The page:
Stem cells from zebrafish, the staple of genetic research, could regenerate damaged cones in retinas and restore eyesight to people. Rods and cones in the eyes are the most important photoreceptors. In humans, rods provide night vision, while cones offer a full-colour look at the world during the day.
It was not known, says University of Alberta researcher Ted Allison, whether stem cells could be instructed to only replace the cones in its retina. This could have important implications for human eyesight, the journal Public Library of Science ONE reports.
Almost all success in regenerating photoreceptor cells to date had been limited to rods, not cones. Most previous experiments were conducted on nocturnal rodents, animals that require good night vision and have far more rods than cones, according to an Alberta statement.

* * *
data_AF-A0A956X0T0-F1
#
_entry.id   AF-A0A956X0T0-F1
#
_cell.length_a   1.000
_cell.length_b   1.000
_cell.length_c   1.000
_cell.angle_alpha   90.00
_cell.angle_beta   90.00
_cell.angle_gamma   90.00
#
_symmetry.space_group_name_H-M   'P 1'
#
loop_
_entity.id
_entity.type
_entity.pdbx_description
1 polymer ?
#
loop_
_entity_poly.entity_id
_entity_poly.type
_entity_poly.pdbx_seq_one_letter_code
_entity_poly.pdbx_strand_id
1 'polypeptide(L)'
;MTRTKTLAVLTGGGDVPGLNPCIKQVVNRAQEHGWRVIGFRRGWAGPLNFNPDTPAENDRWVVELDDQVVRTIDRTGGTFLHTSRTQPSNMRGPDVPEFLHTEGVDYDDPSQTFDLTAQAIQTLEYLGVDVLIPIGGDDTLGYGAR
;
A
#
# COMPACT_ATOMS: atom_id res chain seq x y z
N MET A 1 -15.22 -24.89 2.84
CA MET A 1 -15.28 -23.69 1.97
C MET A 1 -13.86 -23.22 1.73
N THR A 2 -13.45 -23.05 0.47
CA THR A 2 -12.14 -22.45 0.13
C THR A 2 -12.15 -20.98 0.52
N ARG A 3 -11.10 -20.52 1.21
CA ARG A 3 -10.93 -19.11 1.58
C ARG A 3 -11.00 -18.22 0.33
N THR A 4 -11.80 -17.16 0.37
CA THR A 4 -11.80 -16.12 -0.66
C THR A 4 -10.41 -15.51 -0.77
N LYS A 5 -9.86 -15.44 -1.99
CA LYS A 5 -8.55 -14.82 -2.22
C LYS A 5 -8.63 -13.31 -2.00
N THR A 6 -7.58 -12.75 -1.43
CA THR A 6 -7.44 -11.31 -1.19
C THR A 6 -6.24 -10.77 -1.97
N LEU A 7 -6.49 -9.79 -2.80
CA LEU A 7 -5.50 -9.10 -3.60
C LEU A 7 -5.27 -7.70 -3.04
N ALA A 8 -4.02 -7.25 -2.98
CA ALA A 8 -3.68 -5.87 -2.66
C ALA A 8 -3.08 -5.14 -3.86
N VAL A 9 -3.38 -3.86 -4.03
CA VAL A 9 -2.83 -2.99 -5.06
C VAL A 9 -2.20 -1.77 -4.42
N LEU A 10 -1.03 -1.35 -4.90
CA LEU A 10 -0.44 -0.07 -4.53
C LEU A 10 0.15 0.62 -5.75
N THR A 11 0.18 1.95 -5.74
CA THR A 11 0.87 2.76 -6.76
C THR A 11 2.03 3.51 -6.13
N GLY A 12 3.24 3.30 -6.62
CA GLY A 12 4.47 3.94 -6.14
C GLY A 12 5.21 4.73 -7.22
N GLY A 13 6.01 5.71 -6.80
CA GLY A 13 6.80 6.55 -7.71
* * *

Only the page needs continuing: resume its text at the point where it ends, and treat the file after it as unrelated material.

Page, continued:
"This is the first time in an animal research model that stem cells have only repaired damaged cones," said Allison. "For people with damaged eyesight, repairing the cones is most important because it would restore day-time colour vision.
Researchers say this shows some hope for stem cell therapy that could regenerate damaged cones in people, especially in the cone-rich regions of the retina that provide daytime/colour vision. Allison says the next step for his team is to identify the particular gene in zebrafish that activates repair of damaged cones.